ANNAPOLIS – The Maryland Court of Special Appeals ruled Friday that the Baltimore Gas and Electric Co. board of directors acted in good faith in its now-defunct bid to merge with Potomac Electric Power Co.
Janice Wittman, who owns 300 shares of BGE stock, challenged the proposed merger in court on Sept. 25, 1995, the day the deal was announced. Both PEPCO and BG&E have since backed out of the deal for unrelated reasons.
Wittman argued in Baltimore County Circuit Court that board members should not have been allowed to vote on the deal, since they each stood a chance of being named to the board of the new company.
Wittman also said the investment advisers retained by the board, Goldman Sachs & Co., stood to gain $8.5 million by recommending the merger.
Court documents also said that, based on a draft proxy statement on the merger to the Securities and Exchange Commission, accused the directors of breaching their duty of candor to shareholders.
But Circuit Judge J. Norris Byrnes rejected all the charges in her suit in March 1996, saying Wittman’s claims were not supported by the facts in the case.
Three days later, BG&E shareholders approved the proposed merger by more than 97 percent of the vote.
Wittman filed another complaint a little more than a month after the vote. That was rejected on Oct. 3, 1996, by Byrnes, who again said Wittman had not made her case.
Six days later, Wittman applied with the court to recoup her attorney’s fees, saying that it was her suit that had prodded the directors to file a more informative proxy statement in the case.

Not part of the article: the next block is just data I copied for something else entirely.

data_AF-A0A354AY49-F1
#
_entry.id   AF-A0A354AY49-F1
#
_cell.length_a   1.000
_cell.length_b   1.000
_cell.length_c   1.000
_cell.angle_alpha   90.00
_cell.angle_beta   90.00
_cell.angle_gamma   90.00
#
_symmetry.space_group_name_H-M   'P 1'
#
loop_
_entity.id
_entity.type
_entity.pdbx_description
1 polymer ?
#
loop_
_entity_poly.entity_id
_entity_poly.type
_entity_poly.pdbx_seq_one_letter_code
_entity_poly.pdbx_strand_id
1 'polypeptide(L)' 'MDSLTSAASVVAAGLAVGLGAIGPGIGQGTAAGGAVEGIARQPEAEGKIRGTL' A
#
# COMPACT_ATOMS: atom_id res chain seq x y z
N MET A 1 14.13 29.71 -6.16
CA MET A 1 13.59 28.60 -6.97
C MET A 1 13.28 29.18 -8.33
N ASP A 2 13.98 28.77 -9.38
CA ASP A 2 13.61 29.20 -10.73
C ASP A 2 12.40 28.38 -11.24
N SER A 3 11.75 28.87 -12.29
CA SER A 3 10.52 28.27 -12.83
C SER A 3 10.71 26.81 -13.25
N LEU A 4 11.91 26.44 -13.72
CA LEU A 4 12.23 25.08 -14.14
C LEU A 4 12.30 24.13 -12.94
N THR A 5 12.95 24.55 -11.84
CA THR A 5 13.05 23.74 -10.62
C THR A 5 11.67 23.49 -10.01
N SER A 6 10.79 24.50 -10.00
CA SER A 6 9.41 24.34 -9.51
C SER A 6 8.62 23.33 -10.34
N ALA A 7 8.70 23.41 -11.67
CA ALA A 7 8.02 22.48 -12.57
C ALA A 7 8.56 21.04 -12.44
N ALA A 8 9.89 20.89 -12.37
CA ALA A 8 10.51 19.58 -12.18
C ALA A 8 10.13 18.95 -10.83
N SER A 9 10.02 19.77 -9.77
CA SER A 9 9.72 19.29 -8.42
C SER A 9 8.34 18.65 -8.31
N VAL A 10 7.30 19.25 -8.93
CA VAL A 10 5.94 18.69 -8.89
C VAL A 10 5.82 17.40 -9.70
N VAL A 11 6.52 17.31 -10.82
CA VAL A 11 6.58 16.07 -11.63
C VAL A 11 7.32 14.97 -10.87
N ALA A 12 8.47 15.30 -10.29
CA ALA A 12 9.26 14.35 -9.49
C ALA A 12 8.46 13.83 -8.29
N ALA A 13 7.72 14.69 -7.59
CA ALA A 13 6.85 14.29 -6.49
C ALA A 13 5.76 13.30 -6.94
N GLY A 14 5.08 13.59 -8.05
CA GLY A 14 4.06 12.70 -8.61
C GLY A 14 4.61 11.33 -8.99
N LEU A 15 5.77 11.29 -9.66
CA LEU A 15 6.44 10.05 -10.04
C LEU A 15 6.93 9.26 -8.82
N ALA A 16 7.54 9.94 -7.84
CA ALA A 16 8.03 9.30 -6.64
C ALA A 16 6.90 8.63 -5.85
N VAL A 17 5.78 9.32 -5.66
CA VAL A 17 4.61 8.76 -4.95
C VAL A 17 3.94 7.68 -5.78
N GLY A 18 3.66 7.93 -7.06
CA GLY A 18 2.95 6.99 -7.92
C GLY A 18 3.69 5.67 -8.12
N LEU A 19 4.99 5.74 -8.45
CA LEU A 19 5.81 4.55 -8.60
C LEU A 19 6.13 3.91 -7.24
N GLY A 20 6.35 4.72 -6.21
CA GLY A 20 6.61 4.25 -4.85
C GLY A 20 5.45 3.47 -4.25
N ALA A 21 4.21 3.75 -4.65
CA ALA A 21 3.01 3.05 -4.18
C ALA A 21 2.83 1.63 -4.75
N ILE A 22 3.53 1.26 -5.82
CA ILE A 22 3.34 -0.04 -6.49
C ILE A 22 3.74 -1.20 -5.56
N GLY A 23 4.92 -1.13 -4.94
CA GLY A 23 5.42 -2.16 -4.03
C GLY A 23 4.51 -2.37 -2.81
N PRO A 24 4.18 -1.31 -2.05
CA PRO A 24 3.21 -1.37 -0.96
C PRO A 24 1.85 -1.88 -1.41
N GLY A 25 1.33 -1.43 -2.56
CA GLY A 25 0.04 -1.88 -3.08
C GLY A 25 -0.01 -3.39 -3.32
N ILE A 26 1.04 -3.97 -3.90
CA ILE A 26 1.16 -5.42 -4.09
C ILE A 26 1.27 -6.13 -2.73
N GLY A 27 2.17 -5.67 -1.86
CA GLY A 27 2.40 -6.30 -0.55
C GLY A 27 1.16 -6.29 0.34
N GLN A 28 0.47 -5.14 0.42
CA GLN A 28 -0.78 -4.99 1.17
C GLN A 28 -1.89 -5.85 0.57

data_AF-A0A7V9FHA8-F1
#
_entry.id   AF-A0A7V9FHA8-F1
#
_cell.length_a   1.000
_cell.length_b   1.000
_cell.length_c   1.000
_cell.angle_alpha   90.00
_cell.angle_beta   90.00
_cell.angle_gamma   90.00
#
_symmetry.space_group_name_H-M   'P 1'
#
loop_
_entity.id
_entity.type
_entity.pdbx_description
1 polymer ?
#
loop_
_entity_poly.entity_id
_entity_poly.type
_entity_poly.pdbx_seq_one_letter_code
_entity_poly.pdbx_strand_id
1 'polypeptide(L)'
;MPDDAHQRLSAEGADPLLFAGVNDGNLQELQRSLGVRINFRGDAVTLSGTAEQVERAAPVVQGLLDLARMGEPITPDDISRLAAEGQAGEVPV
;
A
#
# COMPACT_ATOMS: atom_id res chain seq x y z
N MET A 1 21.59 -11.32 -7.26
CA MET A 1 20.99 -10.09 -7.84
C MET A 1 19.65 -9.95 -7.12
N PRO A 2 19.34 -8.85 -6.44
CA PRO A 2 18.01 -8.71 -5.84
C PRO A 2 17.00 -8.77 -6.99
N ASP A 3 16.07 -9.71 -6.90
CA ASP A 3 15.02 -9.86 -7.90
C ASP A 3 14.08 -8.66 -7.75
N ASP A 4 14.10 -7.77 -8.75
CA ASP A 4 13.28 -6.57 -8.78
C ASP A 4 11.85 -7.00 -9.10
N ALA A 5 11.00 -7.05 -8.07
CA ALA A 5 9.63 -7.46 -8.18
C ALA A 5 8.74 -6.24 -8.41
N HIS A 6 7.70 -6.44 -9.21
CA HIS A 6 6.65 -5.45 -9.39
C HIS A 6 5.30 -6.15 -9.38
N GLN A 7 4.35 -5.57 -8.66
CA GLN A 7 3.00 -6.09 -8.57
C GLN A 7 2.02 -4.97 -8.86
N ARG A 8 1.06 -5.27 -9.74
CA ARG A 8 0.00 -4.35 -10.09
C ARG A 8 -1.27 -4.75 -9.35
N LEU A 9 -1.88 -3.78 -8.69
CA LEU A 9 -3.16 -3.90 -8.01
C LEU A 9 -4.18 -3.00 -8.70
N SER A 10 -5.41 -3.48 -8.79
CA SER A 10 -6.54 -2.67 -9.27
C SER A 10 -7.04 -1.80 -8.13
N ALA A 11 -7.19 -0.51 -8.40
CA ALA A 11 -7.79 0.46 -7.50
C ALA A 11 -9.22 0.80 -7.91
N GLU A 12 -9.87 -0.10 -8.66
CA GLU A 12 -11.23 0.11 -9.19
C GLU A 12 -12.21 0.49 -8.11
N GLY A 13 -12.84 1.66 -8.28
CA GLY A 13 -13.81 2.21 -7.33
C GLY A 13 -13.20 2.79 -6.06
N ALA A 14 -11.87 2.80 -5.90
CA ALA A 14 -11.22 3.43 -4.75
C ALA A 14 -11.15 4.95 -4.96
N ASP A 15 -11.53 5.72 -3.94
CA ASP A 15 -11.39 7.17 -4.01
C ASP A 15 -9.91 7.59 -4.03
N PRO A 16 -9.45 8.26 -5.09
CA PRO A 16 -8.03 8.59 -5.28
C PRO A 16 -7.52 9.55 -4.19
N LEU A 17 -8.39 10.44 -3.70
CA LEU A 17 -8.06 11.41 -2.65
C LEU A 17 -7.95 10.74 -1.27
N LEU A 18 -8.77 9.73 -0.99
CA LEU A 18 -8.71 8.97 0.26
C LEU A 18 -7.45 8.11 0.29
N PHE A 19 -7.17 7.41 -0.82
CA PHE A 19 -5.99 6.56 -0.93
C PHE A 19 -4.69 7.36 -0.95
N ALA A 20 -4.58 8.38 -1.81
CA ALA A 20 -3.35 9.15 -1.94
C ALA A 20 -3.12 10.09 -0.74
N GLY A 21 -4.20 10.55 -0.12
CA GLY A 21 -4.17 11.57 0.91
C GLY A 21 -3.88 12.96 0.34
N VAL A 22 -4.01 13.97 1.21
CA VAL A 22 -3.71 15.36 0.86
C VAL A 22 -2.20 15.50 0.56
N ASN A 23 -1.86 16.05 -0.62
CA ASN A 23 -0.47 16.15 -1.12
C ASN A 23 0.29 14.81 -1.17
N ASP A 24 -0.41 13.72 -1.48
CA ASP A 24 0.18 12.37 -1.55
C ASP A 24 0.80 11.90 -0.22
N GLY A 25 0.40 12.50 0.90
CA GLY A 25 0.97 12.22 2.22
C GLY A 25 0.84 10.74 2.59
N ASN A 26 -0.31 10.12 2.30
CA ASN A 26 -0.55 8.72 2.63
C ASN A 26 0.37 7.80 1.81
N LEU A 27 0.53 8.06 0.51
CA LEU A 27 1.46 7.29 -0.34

Byrnes rejected that request in February 1997. He ruled that Wittman did not meet any of the legal standards that determine whether a losing plaintiff is entitled to attorney’s fees from a defendant. He ruled that Wittman’s suit was not meritorious when it was filed.
A three-judge panel of the appeals court yesterday backed Byrnes on all counts, saying he “carefully considered each of the appropriate factors before making” his rulings.
“There is simply no evidence that the appellees (the board members) failed to act in good faith,” the appeals court ruled.
It also upheld Byrnes’ refusal to award Wittman “counsel fees (because they) were being sought on behalf of a plaintiff whose case was dismissed for failure to state a claim.”
A spokeswoman at BGE said Wittman’s lawsuit was “out of this world outrageous.”
Neither Wittman nor her attorneys could be reached for comment on Friday’s ruling.